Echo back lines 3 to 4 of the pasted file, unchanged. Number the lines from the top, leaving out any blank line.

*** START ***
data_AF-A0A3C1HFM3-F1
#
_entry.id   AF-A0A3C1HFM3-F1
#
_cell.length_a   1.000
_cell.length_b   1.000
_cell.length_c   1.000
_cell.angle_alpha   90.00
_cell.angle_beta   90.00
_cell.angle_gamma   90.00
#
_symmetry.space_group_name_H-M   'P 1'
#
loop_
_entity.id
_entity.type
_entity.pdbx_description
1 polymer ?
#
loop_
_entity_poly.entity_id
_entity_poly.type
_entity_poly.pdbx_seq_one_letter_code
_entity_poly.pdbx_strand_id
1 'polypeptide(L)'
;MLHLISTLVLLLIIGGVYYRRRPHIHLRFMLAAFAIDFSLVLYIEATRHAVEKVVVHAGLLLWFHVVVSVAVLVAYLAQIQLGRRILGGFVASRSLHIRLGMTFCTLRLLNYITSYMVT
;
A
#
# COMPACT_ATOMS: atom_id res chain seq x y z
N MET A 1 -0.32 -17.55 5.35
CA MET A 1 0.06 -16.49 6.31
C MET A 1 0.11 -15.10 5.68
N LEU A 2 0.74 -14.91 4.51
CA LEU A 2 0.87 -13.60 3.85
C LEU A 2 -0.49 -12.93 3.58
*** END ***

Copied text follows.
_entry.id   AF-A0A3C1HFM3-F1
#